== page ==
Jamaicans facing sharp rise in cost of construction material

MANDEVILLE, Manchester — Following months of suffering from what they claimed was a shortage of cement, hardware operators in Jamaica’s south-central parishes are now dealing with an increase in the prices of lumber and steel.

The hardware operators say they have to be charging their customers more for lumber and steel as the prices they face from the distributors have increased significantly.

They pointed to the cost of a tonne of steel which they claim has moved from $95,000 in January to $139,000 at present.

One retailer told the Jamaica Observer that construction ply per sheet was $3,400 in January, but the lowest price you can get it for now is $5,700.

Basil Phillips, proprietor of Phil’s Hardware on Newleigh Road in Mandeville said the price increases facing Jamaicans are as a result of ripple effects from the novel coronavirus pandemic and demand overseas.

Phillips noted that almost 95 per cent of the the lumber used in Jamaica is imported from the United States and since last year the prices have been going up on the international market.

“I suppose there [in the US] people cannot go out and cut lumber as they used to do and sawmills, based on the domestic market in the US, are using it mostly. So people like us are left begging to get some lumber and the prices go up. Every time you go for a quote the price has changed,” said Phillips.

He added that the situation has resulted in difficulty sourcing some supplies, like one-inch lumber, and it is difficult to control the price.

In recent weeks, the Observer reported on a shortage of cement, with stakeholders in the construction industry complaining that the island’s major supplier, Caribbean Cement Company Limited (CCCL), was unable to meet the demand for the key construction material.

“You might get some cement one week and the next two to three weeks you are unable to get, because something is always wrong out at the plant. There is something wrong there why we are unable to get the cement as we want,” Phillips charged.

But Carib Cement has argued that it has significantly increased production and any shortage is due to the booming construction industry and logistics issues, which has led to an increase in the demand for cement.

Chad Bryan, communication and social impact coordinator at Carib Cement told the Observer that the company will work on meeting the demand.

“We have taken steps to improve the situation. Maybe in another week or so the situation will improve further. We will continue to supplement the sector, so that everybody can benefit,” said Bryan, as he noted that CCCL has managed to keep its prices stable.

But Phillips told the Observer that he has had to resort to limiting the number of bags of cement sold to each customer.

According to Phillips, the shortage is also affecting his outlets in St Catherine and the Corporate Area.

“I have three branches and they [CCCL] have reduced me. The only reason I am able [to have] cement here is because I do not sell all my cement at the same time, I accumulate what I get, so that I can sell a limited amount each day,” he said.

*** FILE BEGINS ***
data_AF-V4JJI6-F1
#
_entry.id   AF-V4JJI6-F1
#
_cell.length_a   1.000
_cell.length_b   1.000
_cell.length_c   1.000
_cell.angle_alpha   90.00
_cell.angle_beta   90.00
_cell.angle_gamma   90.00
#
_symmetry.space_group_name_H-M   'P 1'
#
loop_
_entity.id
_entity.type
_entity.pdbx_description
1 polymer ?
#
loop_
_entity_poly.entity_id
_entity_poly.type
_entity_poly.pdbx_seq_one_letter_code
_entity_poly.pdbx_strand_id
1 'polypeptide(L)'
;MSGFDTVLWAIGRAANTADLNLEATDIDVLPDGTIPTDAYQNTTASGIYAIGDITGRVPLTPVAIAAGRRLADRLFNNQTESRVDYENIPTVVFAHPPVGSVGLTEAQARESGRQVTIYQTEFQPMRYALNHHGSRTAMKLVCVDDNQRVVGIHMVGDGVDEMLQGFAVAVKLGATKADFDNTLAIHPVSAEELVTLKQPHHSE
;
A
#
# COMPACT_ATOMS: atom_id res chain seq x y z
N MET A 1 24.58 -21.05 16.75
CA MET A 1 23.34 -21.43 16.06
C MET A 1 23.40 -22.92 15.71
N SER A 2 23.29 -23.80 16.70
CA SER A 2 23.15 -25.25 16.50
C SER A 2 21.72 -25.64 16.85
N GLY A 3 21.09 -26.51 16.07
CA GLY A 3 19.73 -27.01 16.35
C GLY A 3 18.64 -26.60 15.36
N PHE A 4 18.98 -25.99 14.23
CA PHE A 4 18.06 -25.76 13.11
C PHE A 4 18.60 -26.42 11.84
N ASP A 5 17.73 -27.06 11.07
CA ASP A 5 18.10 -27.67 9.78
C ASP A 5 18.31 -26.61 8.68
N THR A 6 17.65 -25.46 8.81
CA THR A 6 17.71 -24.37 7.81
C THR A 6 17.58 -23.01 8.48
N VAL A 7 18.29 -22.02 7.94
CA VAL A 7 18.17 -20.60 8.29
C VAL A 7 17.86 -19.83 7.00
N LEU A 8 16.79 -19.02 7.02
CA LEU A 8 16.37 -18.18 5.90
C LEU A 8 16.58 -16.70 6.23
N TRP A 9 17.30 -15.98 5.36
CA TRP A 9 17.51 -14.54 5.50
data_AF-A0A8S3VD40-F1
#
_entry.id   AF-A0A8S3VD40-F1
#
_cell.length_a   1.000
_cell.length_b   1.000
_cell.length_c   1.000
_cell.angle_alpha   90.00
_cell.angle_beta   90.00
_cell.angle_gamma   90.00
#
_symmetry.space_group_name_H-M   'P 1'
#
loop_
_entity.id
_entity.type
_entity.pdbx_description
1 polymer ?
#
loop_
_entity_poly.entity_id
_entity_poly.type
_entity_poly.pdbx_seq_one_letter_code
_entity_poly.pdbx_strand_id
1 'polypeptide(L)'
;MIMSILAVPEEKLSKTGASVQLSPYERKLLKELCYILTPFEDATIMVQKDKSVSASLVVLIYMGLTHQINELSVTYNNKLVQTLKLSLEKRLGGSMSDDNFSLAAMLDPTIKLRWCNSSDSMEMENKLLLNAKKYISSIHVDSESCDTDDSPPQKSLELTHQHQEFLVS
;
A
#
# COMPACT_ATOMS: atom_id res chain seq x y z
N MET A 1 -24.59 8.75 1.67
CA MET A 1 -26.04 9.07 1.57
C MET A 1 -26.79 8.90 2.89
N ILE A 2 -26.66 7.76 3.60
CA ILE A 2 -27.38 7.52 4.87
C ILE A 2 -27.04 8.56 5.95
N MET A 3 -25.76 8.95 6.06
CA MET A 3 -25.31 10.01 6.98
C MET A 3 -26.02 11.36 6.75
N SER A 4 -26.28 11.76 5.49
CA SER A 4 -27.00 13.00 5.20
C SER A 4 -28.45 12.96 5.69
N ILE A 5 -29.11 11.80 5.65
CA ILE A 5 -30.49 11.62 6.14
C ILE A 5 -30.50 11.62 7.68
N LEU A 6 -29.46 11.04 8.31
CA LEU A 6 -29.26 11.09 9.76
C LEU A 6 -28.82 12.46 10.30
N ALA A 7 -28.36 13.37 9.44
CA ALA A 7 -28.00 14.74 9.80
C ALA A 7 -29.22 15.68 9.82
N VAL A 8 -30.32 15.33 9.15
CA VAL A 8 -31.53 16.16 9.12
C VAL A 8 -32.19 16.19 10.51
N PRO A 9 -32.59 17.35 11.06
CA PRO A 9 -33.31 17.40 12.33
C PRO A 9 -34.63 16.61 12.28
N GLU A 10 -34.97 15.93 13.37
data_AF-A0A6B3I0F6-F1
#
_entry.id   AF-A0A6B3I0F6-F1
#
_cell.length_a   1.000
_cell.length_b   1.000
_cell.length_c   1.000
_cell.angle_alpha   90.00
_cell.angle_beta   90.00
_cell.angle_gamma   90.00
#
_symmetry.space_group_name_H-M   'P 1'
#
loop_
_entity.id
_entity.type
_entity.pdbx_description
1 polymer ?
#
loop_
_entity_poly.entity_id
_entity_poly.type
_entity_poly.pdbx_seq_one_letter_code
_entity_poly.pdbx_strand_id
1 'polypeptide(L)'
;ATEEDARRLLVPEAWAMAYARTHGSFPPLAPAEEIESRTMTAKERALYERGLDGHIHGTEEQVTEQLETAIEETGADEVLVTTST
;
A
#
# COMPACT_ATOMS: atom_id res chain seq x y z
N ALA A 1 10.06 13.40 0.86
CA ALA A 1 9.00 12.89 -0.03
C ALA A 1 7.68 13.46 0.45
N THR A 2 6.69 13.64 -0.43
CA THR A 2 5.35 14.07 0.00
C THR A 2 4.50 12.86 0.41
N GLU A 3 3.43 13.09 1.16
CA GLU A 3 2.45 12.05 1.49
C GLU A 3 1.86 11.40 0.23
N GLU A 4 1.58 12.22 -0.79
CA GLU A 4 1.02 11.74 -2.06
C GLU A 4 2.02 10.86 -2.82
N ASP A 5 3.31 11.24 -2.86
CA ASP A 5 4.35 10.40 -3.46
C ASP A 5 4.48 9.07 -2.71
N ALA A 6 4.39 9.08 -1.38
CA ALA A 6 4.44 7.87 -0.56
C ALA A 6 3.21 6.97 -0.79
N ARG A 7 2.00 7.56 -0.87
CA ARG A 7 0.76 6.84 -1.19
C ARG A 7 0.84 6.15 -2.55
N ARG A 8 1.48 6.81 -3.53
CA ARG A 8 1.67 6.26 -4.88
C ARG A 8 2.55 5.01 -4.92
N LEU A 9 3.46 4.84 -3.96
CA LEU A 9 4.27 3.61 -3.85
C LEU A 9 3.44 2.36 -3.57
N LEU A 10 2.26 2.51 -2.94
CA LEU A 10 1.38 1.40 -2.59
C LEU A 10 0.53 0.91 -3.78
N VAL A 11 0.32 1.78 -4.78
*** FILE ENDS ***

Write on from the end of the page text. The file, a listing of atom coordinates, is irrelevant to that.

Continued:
Steel prices in the US have been sky-rocketing with CNN Business last month reporting that the price has reached a record high.

In the meantime, the operator of a hardware store in Santa Cruz, who asked not to be named, said he is considering laying off staff because of the effects of the price increases in construction material and shortage in cement.

“My sales are down by almost 30 per cent,” said the hardware operator.

“The price increase in getting a ton of steel coupled with the shortage of cement and the hike in lumber prices, [and] the cement company is denying that there is shortage in cement. There are a lot of challenges as it relates to the hardware business right now, because everything in the hardware is going up. As it relates to steel in recent weeks, I think it has gone up about $19,000 a tonne,” added the hardware operator.

He argued that increased shipping costs are also impacting the price of construction material.

Delroy Slowley, proprietor of True Bargain Hardware in Santa Cruz and Member of Parliament for St Elizabeth North Eastern, said the stockpiling of supplies by companies in the US is affecting the prices of construction material locally.

“The genesis of it has to do with our strong reliance on imported [material] in the business. Ore is rising on the world market, lumber likewise, because there is a shortage… The supply chain has been affected and has created a serious challenge in terms of us filling the demand that is there,” said Slowley.

“There are a lot of companies in the US that are buying up raw materials in anticipation of higher demand, which is also affecting the price. There is hardly anything we can do at this point other than just brace ourselves,” added Slowley.



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